At the beginning of this process I expressed my hope that, no matter what the outcome, we would spend some time thinking deeply about what it means to be baptized and what it means to be a member.  We have certainly done that.  Now it is my hope that we will be the kind of members who can accept the outcome of this vote and go forward together.  While a two-thirds majority is decisive, it is not a landslide.  We were closer to the same mind on this matter than we knew.  Now it is my hope that we can share the same heart, and get on with the crucial work of putting God’s love into action. 

I am grateful for the spirit in which this decision was made, and for the remarkable body of believers that is Richmond’s First Baptist Church.  I learned today that there are Baptists in the world who can disagree without being disagreeable—who can speak their mind, vote their conscience, and move on to more important things.

God bless them, every one.

—September 19, 2010

Like Water Out of a Tub

Recent comments on my blog and conversations in the church hallway have convinced me that there is another line of reasoning in our current debate about baptism and membership, one that I haven’t fully understood.  As these people have explained to me (gently, patiently) our membership requirement doesn’t imply that people from other denominations are not Christian, it only points to the fact that they are not Baptist.  And if they want to be Baptist they must submit to believer’s baptism by immersion. 

So, let me see if I’ve got this right: believer’s baptism by immersion is what makes you Baptist?

Maybe that’s where I’m confused.  I’ve always thought that baptism was a symbol of entering the new life in Christ.  I thought that’s what Paul was talking about when he said in Romans 6 that it’s like dying with Jesus, and being buried with him, and then being raised from the dead.  I thought it’s what Jesus was referring to in John 3 when he told Nicodemus that in order to enter the Kingdom he had to be “born again.”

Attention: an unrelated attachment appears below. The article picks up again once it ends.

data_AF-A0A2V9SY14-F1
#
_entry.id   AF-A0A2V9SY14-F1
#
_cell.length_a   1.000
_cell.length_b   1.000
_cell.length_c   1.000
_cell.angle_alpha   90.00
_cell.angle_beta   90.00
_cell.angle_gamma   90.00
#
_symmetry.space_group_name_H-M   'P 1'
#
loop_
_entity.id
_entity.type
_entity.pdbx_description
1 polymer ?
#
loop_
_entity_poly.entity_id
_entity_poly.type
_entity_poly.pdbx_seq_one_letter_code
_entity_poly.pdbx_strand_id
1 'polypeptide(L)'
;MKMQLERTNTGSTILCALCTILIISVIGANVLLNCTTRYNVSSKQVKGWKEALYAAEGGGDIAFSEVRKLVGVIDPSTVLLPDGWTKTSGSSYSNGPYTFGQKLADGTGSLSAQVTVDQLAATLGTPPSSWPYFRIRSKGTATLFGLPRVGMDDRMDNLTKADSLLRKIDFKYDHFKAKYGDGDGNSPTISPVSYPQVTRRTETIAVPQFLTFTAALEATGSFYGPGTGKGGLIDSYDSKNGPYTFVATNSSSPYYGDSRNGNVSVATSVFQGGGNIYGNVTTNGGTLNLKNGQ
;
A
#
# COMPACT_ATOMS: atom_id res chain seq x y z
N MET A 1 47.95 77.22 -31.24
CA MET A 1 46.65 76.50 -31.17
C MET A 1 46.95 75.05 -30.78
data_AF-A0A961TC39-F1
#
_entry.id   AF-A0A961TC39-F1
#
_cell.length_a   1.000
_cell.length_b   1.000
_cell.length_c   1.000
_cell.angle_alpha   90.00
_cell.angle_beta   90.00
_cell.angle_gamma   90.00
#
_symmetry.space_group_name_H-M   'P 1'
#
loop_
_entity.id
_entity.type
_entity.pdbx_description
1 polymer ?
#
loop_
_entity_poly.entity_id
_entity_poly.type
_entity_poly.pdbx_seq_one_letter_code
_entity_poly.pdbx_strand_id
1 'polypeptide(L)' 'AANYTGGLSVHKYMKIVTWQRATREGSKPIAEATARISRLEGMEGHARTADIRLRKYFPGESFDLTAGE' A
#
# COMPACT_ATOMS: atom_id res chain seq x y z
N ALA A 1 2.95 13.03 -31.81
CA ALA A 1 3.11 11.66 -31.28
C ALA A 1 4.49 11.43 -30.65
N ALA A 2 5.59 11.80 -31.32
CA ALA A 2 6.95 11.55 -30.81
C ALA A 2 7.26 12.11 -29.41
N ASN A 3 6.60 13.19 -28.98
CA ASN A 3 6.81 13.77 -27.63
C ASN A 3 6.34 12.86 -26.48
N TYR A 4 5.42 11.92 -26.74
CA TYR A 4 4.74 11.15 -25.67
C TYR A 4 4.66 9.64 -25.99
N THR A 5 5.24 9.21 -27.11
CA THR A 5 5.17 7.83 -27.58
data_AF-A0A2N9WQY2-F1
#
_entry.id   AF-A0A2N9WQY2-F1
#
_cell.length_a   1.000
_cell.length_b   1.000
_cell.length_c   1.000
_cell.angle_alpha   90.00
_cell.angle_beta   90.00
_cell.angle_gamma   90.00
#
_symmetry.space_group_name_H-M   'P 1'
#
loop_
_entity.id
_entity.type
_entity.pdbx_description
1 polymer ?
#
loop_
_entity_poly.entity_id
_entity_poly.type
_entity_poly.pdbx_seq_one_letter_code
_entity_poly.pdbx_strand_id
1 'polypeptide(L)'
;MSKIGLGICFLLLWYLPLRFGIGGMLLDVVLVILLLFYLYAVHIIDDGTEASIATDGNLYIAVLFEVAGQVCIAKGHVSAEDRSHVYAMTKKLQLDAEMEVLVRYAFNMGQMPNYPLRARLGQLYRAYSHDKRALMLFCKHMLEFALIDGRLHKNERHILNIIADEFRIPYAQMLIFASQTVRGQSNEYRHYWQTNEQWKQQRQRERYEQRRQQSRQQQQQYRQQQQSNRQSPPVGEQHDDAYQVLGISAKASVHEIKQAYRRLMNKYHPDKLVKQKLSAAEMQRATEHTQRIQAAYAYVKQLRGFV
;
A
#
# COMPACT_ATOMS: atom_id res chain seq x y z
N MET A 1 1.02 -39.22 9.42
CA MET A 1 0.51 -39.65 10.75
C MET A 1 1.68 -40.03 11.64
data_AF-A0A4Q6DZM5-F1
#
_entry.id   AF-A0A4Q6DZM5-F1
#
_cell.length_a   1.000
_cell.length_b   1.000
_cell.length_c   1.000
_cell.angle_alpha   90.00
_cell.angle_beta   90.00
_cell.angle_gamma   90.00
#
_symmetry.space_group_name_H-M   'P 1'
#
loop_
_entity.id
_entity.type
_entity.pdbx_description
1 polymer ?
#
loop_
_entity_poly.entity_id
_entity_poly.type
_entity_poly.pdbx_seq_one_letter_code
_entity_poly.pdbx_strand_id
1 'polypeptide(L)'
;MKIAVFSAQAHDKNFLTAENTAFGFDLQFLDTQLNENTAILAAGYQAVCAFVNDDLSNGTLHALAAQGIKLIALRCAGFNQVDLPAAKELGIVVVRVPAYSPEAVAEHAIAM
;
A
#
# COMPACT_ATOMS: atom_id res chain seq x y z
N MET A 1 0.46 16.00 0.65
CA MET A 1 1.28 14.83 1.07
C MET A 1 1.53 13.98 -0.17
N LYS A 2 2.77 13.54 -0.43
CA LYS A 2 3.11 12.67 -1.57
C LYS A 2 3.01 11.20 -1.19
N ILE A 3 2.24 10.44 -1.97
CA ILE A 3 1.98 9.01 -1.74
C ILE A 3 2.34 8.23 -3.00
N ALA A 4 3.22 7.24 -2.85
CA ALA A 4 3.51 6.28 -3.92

The language of resurrection and re-birth is powerful language.  I sometimes refer to it as “transfer terminology”: it’s about making the move from one way of life to another.  And I can see how, if you have come out of a life of sin and selfishness, you might want to drown the “old man” (as Paul calls him) in a watery grave, and let God raise up the “new man” just as he raised Jesus.  You might want to be “born again,” in the way Jesus described it to Nicodemus, if that really meant you could make a fresh start of your life.  The waters of baptism—to me—have always been a place where people entered the new life in Christ, where they were raised from the dead or born again, but they have never been—to me—a place where you make a Methodist into a Baptist.

Is that what Paul was talking about?  Is that what Jesus meant?  I cannot find any scriptural support for the idea of making Christians from other denominations into Baptists by baptizing them.  To me it empties the meaning of baptism; it drains it out of the baptistry like water out of a tub.  Instead of doing it “to fulfill all righteousness” (the words chiseled in stone above our baptistry) we do it to fulfill a membership requirement. 

That’s not even in the Bible.

I don’t want to empty baptism of its meaning.  I don’t want to use our baptistry to make Methodists (or Presbyterians, or Episcopalians, or Lutherans) into Baptists.  I want to use it to symbolize that moment when someone becomes a Christian, when they rise up from that watery grave or take the first breath of their new life in Christ.  That’s when the angels rejoice in heaven, that’s when the Hallelujah chorus begins.  Transferring your church membership from one denomination to another is not the same thing at all.

And shouldn’t be.

“I just can’t accept infant baptism”

That’s what people often tell me after they’ve heard all my arguments for welcoming Christians from other denominations into our membership without re-baptizing them.  To them baptism is believer’s baptism by immersion, and therefore infant baptism is no baptism at all since it isn’t (usually) by immersion and since an infant is incapable of making a profession of faith.  They say, “We’re not re-baptizing these people; we’re baptizing them!” 

And the argument starts all over again.

But at the end of it I rarely have the feeling that I have been understood.  So, let me see if I can put it another way, a way that would make sense to lifelong Baptists, and let’s talk about those people Baptists often place at the opposite end of the Christian spectrum—Catholics.